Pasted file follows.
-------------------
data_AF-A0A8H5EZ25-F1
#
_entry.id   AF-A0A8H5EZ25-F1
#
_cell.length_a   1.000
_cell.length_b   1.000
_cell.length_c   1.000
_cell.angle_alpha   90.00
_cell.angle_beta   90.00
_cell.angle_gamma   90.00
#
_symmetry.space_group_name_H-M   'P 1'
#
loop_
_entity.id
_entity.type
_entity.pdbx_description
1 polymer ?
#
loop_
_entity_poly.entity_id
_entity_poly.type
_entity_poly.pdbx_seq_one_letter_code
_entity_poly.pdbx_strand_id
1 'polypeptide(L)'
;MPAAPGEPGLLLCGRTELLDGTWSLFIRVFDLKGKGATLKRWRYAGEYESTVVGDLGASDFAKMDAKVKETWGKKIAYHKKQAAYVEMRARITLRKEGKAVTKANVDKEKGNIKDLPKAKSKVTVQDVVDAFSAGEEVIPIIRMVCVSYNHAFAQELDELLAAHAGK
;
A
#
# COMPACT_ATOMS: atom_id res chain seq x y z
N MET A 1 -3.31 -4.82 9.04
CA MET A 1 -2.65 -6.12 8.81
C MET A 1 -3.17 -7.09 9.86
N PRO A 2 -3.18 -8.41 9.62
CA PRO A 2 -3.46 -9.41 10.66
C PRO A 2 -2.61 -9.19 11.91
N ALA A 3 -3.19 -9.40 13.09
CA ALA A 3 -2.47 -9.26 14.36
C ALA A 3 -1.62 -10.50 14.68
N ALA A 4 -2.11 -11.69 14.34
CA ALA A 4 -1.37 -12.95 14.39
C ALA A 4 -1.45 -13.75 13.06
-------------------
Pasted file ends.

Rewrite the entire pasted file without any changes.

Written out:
data_AF-A0A8H5EZ25-F1
#
_entry.id   AF-A0A8H5EZ25-F1
#
_cell.length_a   1.000
_cell.length_b   1.000
_cell.length_c   1.000
_cell.angle_alpha   90.00
_cell.angle_beta   90.00
_cell.angle_gamma   90.00
#
_symmetry.space_group_name_H-M   'P 1'
#
loop_
_entity.id
_entity.type
_entity.pdbx_description
1 polymer ?
#
loop_
_entity_poly.entity_id
_entity_poly.type
_entity_poly.pdbx_seq_one_letter_code
_entity_poly.pdbx_strand_id
1 'polypeptide(L)'
;MPAAPGEPGLLLCGRTELLDGTWSLFIRVFDLKGKGATLKRWRYAGEYESTVVGDLGASDFAKMDAKVKETWGKKIAYHKKQAAYVEMRARITLRKEGKAVTKANVDKEKGNIKDLPKAKSKVTVQDVVDAFSAGEEVIPIIRMVCVSYNHAFAQELDELLAAHAGK
;
A
#
# COMPACT_ATOMS: atom_id res chain seq x y z
N MET A 1 -3.31 -4.82 9.04
CA MET A 1 -2.65 -6.12 8.81
C MET A 1 -3.17 -7.09 9.86
N PRO A 2 -3.18 -8.41 9.62
CA PRO A 2 -3.46 -9.41 10.66
C PRO A 2 -2.61 -9.19 11.91
N ALA A 3 -3.19 -9.40 13.09
CA ALA A 3 -2.47 -9.26 14.36
C ALA A 3 -1.62 -10.50 14.68
N ALA A 4 -2.11 -11.69 14.34
CA ALA A 4 -1.37 -12.95 14.39
C ALA A 4 -1.45 -13.75 13.06